Classic Movie Review: Close-Up (1990)


Title: Close-Up
Release Date: February 1, 1990
Director: Abbas Kiarostami
Production Company: Kanoon
Summary/Review:

I remember in the 1990s reading about a movie renaissance in Iran, but never had the opportunity to see any Iranian films at the time and have failed to follow up in the ensuing decades.  So consider this my late arrival to the party.  This is a strange film in that everyone in the movie plays themselves, and yet it’s not really a documentary either. The movie documents the trial of Hossain Sabzian, a man who posed as famed Iranian director Mohsen Makhmalbaf, convincing the Ahanhkah family that he was going to have them appear in his next film.

Kiarostami learned of Sabzian’s arrest, which was sensationalized by the media, and got permission to film his trial.  He then got all the people involved, Sabzian, the Ahankah family, media, police, et al to play themselves recreating various parts on their story.  The film is edited to create a narrative form that appears that it should be a a fictional film starring actors.  The twist at the end of the film is perhaps the most surprising bit of movie magic.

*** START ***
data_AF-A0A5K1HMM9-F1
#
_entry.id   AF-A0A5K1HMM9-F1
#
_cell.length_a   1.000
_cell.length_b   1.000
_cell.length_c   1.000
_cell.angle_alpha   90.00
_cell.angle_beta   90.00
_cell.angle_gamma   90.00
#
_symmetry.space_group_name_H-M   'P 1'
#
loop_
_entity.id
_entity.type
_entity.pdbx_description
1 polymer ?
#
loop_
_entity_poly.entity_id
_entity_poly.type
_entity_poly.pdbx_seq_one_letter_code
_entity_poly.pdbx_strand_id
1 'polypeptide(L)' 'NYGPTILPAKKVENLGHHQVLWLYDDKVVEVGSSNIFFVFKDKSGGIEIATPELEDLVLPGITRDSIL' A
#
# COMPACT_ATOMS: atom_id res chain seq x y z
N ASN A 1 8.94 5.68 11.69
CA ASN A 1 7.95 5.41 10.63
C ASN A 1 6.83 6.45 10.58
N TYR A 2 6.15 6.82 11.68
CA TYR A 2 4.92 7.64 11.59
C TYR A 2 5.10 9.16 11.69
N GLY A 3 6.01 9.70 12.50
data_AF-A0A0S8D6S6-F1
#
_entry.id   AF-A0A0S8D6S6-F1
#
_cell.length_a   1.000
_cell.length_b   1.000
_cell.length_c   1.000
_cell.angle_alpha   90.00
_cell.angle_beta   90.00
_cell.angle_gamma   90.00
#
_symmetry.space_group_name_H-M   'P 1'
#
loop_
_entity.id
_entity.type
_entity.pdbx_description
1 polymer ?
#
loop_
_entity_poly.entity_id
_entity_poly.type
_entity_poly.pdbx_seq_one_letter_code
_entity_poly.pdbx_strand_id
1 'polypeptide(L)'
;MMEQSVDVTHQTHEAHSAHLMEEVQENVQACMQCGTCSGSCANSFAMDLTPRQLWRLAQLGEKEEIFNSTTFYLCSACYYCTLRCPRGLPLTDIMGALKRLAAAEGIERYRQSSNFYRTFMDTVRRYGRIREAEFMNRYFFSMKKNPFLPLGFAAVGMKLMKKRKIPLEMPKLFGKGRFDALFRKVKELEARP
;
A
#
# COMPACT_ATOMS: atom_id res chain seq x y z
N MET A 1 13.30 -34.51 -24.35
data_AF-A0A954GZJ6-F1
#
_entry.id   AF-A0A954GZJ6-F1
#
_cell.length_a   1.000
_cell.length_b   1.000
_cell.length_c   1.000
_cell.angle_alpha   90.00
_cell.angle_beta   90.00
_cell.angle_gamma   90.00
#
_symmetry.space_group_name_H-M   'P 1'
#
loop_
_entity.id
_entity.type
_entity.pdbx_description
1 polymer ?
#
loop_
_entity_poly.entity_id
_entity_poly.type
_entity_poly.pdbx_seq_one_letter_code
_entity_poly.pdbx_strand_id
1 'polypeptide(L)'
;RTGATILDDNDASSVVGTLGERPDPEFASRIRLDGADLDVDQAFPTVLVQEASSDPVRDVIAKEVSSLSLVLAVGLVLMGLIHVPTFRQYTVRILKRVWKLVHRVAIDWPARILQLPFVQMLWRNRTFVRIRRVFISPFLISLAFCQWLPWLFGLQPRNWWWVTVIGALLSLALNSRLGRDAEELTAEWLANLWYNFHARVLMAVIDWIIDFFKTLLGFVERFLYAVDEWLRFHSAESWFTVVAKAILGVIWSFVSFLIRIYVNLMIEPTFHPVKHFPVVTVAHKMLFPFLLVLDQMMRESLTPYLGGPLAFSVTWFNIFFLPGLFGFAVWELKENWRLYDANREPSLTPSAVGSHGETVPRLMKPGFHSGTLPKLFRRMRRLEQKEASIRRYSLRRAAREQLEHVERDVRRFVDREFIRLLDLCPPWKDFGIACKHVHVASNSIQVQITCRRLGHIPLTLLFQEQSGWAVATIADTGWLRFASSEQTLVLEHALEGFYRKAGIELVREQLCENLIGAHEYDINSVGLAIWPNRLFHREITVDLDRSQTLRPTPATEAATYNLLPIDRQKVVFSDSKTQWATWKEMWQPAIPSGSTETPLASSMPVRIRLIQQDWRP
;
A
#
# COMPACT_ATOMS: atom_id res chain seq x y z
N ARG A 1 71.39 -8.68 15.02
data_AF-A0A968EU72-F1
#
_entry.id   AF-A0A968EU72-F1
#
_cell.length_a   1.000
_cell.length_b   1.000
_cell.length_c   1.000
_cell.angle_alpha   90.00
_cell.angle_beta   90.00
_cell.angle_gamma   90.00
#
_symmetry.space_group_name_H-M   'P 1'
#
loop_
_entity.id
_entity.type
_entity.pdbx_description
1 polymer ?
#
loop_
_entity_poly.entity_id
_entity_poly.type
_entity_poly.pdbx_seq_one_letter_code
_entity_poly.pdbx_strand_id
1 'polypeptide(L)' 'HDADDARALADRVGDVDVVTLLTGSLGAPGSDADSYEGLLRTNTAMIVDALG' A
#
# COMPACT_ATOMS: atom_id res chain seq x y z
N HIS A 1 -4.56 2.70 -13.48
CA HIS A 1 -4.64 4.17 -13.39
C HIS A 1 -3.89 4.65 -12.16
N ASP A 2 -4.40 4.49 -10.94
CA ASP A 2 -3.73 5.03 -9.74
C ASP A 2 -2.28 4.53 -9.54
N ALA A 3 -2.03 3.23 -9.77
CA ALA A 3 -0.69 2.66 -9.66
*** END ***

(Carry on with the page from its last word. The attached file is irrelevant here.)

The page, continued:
I found it interesting to watch an Iranian trial as the defendant, plaintiffs, and witnesses all sit together. The judge talks with all of them at various parts of the trial instead of calling up one witness at a time like in Western courts.  There is also a heavy emphasis placed by the judge on asking the family to forgive Sabzian. Over all it’s a clever and interesting movie based on a somewhat mundane real life event.

Rating: ***1/2

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